THE MAN IN GREY
It would seem that many thespians are reluctant to shuffle of this mortal coil and graciously pass over to the afterlife. Theatres in Bath York and Brighton all have their fair share of ghosts; Drury Lane is no exception.
Perhaps the famous phantom is known simply as the ‘Man in Grey’. Who he is, no one is sure. Nonetheless, his apparel suggests he may well have been an actor of some importance. He is said to cut a dashing figure, dressed in period attire of the late 18th century, wearing a long riding cape, sheathed sword and tricorn hat.
Despite the popular belief that ghosts only appear during the hours of darkness, this one always appears during the daylight hours. He has made his presence felt on numerous occasions being seen by actors and patrons alike. For some reason he always manifest himself in the upper circle appearing as a vague figure that is seen to drift rather than walk. From there he is said to make his way down the aisle and disappear through a wall.
It is frequently believed that spirits often linger in this life because they remain troubled or have some unfinished business to attend to. That could be the case with our foppish friend, particularly in the light of a startling discovery during the late Victorian era when alterations were being carried out at the theatre.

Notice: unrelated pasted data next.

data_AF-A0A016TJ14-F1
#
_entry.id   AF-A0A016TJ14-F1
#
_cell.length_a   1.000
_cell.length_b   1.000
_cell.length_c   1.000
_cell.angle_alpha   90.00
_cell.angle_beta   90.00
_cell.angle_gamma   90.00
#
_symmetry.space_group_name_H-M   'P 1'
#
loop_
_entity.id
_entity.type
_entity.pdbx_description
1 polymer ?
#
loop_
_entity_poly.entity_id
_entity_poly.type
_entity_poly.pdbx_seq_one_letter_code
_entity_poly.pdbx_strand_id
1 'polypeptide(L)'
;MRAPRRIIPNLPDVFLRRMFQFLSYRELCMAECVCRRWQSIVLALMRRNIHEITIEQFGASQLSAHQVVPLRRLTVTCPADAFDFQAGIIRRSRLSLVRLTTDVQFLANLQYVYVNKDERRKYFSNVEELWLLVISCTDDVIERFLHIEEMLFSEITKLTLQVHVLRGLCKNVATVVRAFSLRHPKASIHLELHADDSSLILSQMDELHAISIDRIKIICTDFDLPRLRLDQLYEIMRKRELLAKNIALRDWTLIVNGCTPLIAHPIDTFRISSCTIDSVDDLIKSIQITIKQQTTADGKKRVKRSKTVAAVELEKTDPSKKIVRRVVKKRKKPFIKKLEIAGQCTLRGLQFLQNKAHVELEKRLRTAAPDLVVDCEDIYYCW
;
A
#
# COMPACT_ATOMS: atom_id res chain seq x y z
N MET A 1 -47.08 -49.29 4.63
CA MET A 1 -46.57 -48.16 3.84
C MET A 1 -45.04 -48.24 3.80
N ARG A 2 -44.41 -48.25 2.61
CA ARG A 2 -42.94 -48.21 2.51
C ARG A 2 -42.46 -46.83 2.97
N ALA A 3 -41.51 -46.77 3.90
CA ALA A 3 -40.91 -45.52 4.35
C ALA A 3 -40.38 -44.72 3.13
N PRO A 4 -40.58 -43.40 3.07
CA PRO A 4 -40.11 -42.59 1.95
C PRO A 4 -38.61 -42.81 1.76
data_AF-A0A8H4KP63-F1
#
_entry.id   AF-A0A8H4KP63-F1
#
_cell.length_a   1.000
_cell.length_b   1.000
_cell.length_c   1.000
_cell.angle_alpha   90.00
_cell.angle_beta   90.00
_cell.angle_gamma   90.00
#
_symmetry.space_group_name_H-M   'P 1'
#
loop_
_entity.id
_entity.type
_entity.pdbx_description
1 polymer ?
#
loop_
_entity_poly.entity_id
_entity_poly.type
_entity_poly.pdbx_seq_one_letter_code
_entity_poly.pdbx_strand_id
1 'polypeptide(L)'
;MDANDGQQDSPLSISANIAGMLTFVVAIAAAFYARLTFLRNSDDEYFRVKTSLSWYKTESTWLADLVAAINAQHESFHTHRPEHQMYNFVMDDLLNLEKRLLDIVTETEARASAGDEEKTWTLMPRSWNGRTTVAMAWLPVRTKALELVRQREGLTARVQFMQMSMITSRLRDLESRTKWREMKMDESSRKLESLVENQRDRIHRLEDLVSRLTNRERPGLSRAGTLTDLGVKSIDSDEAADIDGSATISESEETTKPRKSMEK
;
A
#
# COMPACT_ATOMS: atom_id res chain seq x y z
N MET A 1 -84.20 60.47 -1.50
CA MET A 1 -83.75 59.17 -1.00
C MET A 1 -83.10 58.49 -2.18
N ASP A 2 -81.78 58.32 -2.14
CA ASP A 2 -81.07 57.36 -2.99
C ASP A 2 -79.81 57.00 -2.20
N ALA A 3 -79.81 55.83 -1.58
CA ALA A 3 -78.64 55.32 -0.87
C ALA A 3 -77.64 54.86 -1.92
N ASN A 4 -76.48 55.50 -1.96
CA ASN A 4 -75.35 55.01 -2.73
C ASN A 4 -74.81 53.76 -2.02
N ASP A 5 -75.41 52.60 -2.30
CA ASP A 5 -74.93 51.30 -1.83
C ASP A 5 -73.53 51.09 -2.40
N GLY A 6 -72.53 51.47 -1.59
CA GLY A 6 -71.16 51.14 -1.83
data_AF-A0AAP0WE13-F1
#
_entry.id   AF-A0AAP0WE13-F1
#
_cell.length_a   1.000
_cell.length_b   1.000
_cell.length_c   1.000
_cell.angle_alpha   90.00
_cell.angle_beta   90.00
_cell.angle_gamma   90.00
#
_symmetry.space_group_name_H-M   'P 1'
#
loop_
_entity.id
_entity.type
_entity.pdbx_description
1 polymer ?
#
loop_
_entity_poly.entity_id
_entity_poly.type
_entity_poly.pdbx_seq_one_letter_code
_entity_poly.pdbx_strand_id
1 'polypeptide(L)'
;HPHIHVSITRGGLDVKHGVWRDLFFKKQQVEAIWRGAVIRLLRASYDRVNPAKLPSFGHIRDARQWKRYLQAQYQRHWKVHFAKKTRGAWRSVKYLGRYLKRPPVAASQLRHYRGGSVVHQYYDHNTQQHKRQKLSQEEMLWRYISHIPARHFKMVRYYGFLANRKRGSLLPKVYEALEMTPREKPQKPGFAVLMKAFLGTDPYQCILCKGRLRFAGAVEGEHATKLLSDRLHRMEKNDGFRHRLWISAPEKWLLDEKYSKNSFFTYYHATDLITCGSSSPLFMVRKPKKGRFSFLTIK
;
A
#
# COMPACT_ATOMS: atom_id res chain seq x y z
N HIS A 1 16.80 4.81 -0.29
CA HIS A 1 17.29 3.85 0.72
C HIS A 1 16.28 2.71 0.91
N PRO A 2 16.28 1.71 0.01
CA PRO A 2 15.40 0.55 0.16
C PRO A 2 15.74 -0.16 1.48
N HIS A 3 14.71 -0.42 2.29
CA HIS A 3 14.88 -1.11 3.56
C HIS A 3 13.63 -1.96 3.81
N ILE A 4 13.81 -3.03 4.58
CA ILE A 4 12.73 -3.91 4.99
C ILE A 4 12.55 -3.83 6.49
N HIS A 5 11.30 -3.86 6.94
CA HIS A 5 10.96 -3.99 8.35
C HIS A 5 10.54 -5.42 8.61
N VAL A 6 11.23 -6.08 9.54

Workmen, carrying out work in the upper circle, reported that part of the main wall seemed to sound hollow. On demolishing it, to their amazement, a small room or part of a passage was revealed. However, a far more alarming discovery was afoot. Stepping through the rubble the workmen were astounded by what they saw. Amidst the dust and cobwebs lay a skeleton. Its macabre, gaping mouth fixed in a ghoulish expression of agony and suffering. More disturbing was the revelation of a cold steel dagger thrust between its ribs.
Although no tangible evidence exists, romantic theory abounds that a young actor had been mortally wounded in a brawl over girlfriend at the theatre. His body was then hastily walled up in the little passage, which he walked each night to see his sweetheart. Interestingly, the place where the gruesome discovery was made corresponds exactly with that part of the wall where the apparition is said to disappear.
The ghost is, however, widely believed to be a good omen. It appearance prior to a performance, and during the early days of a run, is said to forecast a play’s success. The ghost was reported to have been seen prior to the opening night of many a successful musical.
I like to think that the troubled spirit still returns in the forlorn hope of being reunited with his lover…but I’m just a romantic fool.